1. YOU HAVE THE RIGHT TO BE FREE.
2. YOU HAVE THE RIGHT TO BE HEALTHY.
3. YOU HAVE THE RIGHT TO BE BRILLIANT.
4. YOU HAVE THE RIGHT TO BE SAFE.
5. YOU HAVE THE RIGHT TO BE LOVED.
6. YOU HAVE THE RIGHT TO BE COURAGEOUS.
7. YOU HAVE THE RIGHT TO BE ALIVE.
8. YOU HAVE THE RIGHT TO BE TRUSTED.
9. YOU HAVE THE RIGHT TO BE EDUCATED.
10. YOU HAVE THE RIGHT TO KNOW YOUR RIGHTS.
What is your reaction to those ten points?
- Is it something like – “Yes, they all make sense.”
- Or is it something like – “No, that’s bullshit.”
- Or is it something like – “Hmmm….tell me what the source is first?”
If it is the second one, fine. Off you go. You’re welcome to this site, but you probably won’t find anything you want here.
If it’s the third one, fine – here’s the source.
Now you know the source, is your answer 1 or 2?
Just a thought for the day. Hat-tip to The Edge of Sports podcast.
Sorry we haven’t been posting much lately. We hope to get back to it soon. JLP
It is pretty well known that San Francisco is one of, if not the, most liberal cities in the USA.
It is also relatively well known that the NFL’s franchise owners make up arguably the most conservative group in world sport.
So what happens when the two come together? We may be about to find out.
Democracy Now! has the story…
Colin Kaepernick remained seated while his teammates stood for the playing of “The Star-Spangled Banner” ahead of a match against the Green Bay Packers.
In the interest of full disclosure, the 49ers happen to be the author’s favourite football team. Do I believe this to be an honourable action by Kaepernick? In sentiment, definitely. His heart is most certainly in the right place.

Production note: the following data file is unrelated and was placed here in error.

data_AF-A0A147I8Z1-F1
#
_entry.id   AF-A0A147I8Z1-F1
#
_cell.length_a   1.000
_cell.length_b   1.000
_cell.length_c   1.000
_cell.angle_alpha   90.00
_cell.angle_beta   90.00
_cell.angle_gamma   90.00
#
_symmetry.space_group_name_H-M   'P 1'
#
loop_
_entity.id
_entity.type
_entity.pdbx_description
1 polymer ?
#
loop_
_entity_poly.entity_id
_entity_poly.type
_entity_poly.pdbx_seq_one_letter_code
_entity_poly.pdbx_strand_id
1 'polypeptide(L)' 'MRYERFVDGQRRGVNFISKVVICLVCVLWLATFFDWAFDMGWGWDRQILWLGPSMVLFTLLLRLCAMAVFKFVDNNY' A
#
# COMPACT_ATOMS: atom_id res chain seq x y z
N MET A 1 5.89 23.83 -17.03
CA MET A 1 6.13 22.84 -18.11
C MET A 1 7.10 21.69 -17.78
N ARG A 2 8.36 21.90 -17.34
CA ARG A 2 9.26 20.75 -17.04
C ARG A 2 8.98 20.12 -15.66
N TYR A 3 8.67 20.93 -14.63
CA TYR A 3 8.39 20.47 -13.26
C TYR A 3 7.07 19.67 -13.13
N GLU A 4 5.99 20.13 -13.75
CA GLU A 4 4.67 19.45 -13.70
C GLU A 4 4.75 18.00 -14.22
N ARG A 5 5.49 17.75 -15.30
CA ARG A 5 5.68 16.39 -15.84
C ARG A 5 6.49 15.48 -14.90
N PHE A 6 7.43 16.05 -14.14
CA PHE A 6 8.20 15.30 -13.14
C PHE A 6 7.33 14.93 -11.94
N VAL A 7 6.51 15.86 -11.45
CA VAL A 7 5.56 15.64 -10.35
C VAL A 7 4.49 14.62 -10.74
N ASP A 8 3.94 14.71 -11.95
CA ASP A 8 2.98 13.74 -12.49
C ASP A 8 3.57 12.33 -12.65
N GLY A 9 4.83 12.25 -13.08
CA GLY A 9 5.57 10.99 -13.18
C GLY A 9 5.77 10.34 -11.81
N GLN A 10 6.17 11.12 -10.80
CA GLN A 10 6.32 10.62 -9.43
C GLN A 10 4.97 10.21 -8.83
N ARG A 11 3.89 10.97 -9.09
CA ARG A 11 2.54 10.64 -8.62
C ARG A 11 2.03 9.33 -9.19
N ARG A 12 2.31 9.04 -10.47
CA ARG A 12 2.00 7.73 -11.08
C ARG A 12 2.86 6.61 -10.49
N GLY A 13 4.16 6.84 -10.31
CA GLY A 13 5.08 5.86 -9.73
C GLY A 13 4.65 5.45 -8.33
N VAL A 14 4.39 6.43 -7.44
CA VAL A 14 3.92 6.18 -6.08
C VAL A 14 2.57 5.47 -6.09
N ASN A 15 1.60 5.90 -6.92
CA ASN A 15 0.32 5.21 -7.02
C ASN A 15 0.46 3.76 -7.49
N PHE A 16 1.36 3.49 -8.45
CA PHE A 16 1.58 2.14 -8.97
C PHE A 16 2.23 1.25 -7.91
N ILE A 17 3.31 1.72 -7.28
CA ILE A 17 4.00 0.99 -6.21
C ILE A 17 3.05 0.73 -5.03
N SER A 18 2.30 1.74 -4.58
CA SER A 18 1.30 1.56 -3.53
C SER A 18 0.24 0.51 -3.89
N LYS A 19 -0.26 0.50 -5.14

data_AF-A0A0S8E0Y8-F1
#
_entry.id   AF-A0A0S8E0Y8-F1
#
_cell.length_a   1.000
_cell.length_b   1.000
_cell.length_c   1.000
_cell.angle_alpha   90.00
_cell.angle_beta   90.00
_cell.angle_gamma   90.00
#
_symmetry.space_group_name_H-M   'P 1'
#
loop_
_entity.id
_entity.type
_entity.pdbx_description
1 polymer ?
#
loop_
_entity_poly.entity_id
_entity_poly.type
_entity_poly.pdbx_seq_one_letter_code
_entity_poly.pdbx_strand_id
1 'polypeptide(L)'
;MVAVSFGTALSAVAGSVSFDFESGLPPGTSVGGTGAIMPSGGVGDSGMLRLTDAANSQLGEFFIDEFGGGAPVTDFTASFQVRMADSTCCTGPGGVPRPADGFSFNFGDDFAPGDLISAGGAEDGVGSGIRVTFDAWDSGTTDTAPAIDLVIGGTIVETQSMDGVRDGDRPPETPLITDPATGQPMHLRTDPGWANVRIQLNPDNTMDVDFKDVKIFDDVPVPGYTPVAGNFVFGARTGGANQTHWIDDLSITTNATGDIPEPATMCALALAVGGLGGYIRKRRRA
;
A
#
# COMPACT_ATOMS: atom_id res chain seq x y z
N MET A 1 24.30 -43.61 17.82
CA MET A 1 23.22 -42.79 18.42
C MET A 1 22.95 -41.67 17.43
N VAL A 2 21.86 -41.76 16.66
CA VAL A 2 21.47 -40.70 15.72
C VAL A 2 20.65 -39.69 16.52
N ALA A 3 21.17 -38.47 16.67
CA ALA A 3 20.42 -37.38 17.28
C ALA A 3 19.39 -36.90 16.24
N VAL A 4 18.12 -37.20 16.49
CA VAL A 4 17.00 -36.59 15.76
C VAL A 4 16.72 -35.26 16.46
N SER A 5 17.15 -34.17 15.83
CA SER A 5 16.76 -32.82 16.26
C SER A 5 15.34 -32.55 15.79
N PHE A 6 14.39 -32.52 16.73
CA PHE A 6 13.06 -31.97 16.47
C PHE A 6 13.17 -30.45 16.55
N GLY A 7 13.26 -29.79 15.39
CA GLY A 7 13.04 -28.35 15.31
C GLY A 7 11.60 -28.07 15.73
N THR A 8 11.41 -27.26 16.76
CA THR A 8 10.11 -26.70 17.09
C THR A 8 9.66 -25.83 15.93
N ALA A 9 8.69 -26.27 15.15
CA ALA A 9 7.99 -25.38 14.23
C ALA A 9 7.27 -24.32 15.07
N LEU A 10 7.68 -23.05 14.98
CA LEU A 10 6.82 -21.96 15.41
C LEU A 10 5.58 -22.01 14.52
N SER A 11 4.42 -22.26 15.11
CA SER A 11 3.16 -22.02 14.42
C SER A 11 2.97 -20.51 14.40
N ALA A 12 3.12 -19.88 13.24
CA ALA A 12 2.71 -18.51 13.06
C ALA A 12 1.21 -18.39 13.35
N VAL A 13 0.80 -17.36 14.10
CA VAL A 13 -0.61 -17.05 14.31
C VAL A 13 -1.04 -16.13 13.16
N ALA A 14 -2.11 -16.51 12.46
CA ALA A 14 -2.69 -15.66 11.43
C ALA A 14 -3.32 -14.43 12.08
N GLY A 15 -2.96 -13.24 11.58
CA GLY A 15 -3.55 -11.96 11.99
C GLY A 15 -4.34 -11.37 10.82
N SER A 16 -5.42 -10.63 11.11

“I’ll continue to sit. I’m going to continue to stand with the people that are being oppressed. To me, this is something that has to change. And when there’s significant change and I feel like that flag represents what it’s supposed to represent, and this country is representing people the way that it’s supposed to, I’ll stand.”
Do I think it will actually lead to anything being done about race relations among US police? To use a football term, it’s probably something of a “Hail Mary pass”.
It will be interesting to see how owners, fans & mainstream media react to this “stance”, especially if he proceeds to carry it through the upcoming season.
When we gather around the watercooler discussing the Olympic games today here in Ireland, according to the media we are meant to be focusing on two topics…Thomas Barr’s agonising 4th place finish in the hurdles despite setting another personal best time, or the ticket-touting scandal involving Irishman Pat Hickey, President of the IOC.
On the Barr story, fine. Of course we should be celebrating actual sporting success. While I haven’t really paid much mind to these games, naturally I’m happy when it’s Irish men and women doing so well. Personally my favourite story is that of Annalise Murphy, mostly because I had the pleasure of meeting her at a rugby event in the Aviva Stadium not long after the 2012 Olympics. I found her post-event interview a joy to watch because it was so obvious just how happy she was with her medal and that’s what it’s all about from the sporting side of things.
But when it comes to scandals, I couldn’t give a damn about ticket touting. So a few people at the top were trying to make a quick buck here and there. What of it.
Why the indifference? Stories like this one from the Huffington Post entitled The Olympics Are Always A Disaster For Poor People.
Displacement of the urban poor is a hallmark of the modern Olympics, a virtual certainty rather than an accidental occurrence.
In fact, the major beneficiaries of the Olympics are the local and international developers in charge of these projects, as well as the host city’s wealthy residents. The poor lose out.
Sorry if my “bleeding heart liberal”-ness pricks your conscience too much here but I feel that this is what we should ALWAYS be talking about when it comes to the Olympic Games, or any major sporting event for that matter – soccer’s World Cup isn’t much better.